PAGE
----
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the next decade, the house republican bill reduces spending by $4.6 trillion. our democratic friends increase spending. two different views of where we want to go and how we create jobs. and what the proper sustainable role of the federal government is. let's pledge to not shut the government down. bernie and i are on different planets come about that we now and january 13, and hope we can find a way to fund this government through september. that would be good for all of this -- us. reconcilet be able to our different divisions between now and september, but we should be able to fund the government. as to the defense department, you say it is well funded. i say we are on a course to got the defense department and the intelligence community over the next decade at the time that we need it the most. it assist oracle in about four percent of gdp. is historically about 4%
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of gdp. if you are looking at the next decade as a decade of safety for the american people, i look at a decade where we try to keep radical islam from a wiring nuclear weapons. i would argue that our intelligence community and defense department is going to be crippled beyond measure if we continue with sequestration. having said that, a deal is a deal. we will hold these numbers. there is reasonable and entitlement reform that could replace defense and nondefense sequestration over the next 30 years. you can see how much money we can save. i hope we can do that.
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colleagues, first things first. find a way to fund the government and the next coming year. and slowly but surely find a way to bridge the gap between the world that bernie sees and lindsay sees. if we can't bridge that gap, then our best days are behind us and that would be a shame. >> senator white house. >> thank you. recovering from the worst recession of our lifetime and a foolhardy shutdown. a harmful budget sequester is eroding our economy. a debt limit once again looms. we have serious work to do. and poll after poll, americans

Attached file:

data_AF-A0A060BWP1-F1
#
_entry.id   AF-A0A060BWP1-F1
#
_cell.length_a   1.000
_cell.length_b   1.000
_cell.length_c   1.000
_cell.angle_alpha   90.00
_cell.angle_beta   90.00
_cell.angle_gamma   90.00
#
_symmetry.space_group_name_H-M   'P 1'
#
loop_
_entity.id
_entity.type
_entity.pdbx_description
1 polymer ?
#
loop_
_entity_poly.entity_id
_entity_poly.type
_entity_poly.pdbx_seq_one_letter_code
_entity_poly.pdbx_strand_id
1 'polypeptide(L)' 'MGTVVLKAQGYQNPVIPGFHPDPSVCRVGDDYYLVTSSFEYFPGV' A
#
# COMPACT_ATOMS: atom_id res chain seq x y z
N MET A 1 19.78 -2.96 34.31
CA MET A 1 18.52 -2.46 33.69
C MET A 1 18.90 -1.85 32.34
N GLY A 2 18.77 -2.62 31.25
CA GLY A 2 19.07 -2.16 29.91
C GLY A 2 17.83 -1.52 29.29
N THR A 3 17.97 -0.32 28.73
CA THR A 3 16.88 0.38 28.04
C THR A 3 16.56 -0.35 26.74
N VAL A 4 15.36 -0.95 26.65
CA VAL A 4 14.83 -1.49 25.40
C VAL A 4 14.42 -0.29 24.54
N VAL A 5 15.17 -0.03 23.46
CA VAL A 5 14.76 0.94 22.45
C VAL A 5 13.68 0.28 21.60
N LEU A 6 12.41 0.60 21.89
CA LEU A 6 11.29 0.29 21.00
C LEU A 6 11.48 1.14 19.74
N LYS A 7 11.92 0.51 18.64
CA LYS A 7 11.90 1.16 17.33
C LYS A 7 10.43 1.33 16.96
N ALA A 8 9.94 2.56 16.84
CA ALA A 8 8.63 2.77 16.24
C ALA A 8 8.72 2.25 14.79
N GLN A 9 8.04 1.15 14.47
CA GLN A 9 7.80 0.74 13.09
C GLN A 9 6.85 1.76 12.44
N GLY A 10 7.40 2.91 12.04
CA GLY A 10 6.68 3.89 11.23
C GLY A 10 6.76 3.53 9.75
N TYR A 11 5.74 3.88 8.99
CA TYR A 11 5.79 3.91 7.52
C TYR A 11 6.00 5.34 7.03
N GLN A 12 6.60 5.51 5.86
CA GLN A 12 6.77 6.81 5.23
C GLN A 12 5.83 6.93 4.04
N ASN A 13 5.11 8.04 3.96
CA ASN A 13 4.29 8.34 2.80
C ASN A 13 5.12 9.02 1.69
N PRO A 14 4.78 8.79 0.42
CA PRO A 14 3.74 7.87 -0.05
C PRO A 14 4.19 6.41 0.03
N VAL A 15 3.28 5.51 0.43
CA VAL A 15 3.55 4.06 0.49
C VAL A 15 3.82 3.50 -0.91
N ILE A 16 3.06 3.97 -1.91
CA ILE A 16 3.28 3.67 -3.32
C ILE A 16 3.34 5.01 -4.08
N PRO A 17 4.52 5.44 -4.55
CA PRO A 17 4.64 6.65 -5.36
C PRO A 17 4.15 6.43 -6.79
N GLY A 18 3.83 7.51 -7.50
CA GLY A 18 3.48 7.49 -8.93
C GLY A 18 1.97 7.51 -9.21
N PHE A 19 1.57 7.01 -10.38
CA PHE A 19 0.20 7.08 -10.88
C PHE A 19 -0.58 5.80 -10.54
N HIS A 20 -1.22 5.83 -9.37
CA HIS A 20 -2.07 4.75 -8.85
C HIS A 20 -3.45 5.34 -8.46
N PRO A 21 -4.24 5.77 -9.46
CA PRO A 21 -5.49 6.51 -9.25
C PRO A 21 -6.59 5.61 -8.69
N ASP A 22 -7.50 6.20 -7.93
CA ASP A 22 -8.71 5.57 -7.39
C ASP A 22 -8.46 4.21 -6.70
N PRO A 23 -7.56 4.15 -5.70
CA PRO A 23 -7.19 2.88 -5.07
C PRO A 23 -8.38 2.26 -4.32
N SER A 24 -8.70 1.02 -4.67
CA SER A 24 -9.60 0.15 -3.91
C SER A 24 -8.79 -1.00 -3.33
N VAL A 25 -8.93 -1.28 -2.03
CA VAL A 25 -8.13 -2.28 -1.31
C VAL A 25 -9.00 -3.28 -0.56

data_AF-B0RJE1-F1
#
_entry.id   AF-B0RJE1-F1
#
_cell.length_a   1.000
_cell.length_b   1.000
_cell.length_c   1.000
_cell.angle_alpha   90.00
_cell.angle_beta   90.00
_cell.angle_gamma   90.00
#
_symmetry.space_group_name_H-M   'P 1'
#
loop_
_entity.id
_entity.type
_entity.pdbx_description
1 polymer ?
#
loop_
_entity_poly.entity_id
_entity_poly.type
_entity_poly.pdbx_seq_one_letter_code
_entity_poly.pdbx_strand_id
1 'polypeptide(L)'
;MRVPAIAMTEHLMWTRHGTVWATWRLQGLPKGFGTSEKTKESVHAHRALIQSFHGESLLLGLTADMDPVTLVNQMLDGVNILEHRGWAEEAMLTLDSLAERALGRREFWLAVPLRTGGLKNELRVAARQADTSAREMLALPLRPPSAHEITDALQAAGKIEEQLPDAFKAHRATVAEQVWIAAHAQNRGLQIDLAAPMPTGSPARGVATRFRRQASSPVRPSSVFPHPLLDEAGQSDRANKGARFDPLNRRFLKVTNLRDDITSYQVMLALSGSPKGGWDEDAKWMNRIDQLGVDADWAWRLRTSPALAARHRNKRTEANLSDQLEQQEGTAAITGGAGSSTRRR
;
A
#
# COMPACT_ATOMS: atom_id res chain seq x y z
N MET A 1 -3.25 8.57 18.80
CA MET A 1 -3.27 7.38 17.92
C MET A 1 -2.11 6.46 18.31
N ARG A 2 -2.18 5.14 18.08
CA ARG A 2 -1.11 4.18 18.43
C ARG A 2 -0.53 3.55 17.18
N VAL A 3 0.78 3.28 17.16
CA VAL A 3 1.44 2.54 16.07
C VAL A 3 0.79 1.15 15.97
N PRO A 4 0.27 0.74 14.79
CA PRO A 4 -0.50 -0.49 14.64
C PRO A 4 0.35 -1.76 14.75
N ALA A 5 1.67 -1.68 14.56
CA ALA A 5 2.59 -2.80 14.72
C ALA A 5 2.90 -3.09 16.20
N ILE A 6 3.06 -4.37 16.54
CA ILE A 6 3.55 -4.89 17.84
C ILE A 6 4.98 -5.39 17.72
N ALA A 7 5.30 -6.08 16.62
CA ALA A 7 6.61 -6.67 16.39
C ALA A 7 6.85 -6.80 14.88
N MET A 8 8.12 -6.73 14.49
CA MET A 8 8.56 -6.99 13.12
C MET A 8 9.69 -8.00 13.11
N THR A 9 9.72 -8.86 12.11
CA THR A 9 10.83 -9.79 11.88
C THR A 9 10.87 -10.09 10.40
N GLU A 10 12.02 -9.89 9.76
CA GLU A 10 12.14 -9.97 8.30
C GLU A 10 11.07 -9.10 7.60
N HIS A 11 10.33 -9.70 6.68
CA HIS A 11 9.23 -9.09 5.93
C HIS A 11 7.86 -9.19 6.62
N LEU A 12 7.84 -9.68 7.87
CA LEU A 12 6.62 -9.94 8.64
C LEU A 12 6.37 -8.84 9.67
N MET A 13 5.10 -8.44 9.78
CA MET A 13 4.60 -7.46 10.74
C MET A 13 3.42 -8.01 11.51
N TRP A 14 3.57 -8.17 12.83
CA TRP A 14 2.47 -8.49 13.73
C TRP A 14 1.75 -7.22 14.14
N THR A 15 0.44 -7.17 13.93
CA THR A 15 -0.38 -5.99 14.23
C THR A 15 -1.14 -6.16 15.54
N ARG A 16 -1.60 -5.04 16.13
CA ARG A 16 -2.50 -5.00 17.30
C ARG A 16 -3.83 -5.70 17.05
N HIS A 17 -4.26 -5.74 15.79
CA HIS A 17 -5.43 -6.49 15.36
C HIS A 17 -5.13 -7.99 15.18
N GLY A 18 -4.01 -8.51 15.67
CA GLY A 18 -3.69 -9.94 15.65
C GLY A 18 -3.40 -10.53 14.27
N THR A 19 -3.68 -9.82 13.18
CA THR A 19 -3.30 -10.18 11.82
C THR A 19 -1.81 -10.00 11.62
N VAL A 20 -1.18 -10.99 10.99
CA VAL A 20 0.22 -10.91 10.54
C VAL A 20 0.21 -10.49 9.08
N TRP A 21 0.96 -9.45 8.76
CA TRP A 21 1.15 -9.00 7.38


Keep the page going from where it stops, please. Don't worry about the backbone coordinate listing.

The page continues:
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have been clear that the most urgent issue facing their families is a weak economy and a lack of jobs. unfortunately, federal budget policy in recent years has been dragged down the dangerous austerity path and largely ignore the role that infrastructure of our research and energy efficiency can play in supporting our economy and jobs. austerity inflicted economic harm while not delivering budget solutions. austerity budgeting show in the sequester. credit, it was designed to be painful and it has filled that bill. ineard from rhode islanders august about layoffs in the defense industry, civilian personnel forced to take unpaid leave, children unable to enroll in head start, and a cruel $40
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.r week -- per week we also heard about more lasting damage. these budget cuts are insidious because we will not feel the consequences for a few years. ,hen we do, it will be subtle but devastating in the long run. it will be the absence of innovations in science, technology, and medicine at the pace we have come to expect. it is like deferred maintenance. it will come back to bite us several years from now. we can probably recover from a single year of treading water in scientific discovery, but if this keeps up, the nation's a scientific research center will begin to erode. china and other nations will not step out of the competition while we inflict this damage on ourselves. the sequestere
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with policies that support job growth. our efforts to date have been heavily in support of spending cuts. of the deficit reduction since 2011, or cutting spending with government -- of government programs has been most. additional revenue has grown only $600 billion. zero through it this entire exercise is another costly area of federal spending. we have done nothing on federal spending through the tax code. s, youto all of my fellow cannot honestly say that the debt and deficit are mortal threats to our nation and at the thantime less important every tax loophole in the code. that cannot be our position. ar senate budget generates $975 billion from loophole closing. i would urge everyone to take an
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honest look at this untouched form of tax spending. would likepholes i to devote to deficit reductions are one we should get rid of anyway. big oil does not need taxpayer subsidy. companies should not be rewarded for shifting assets to other countries. billionaires should not play lower tax rates -- pay lower tax rates. correcting these laws should be fair. savings from health care delivery system reform are enormous. everywhere estimate $700 billion to $1 trillion a year in nationwide health care savings. without compromising health outcomes, likely by improving the quality and experience of care that americans see. addressing things like medical errors and are backward payment
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structure, since over 40% of spending is federal, that means huge potential federal savings. since 2010, when the bowles simpson commission recommended cutting our deficits we have seen estimates for medicare and trillion,rop i $1.2 substantial savings that has not been included in the official tallies. i look forward to working with conferees on both sides to support policies that deliver the savings and better health care americans deserve. >> thank you. senator warner? >> and q, mr. chairman, and thank you, senator murray as well. i also have been listening to a lot of my colleagues around the table and i think there are some agreements, and also some major challenges and disagreements. i hope three touchstones will come out. first, let's agree to do no harm. which would mean -- and i think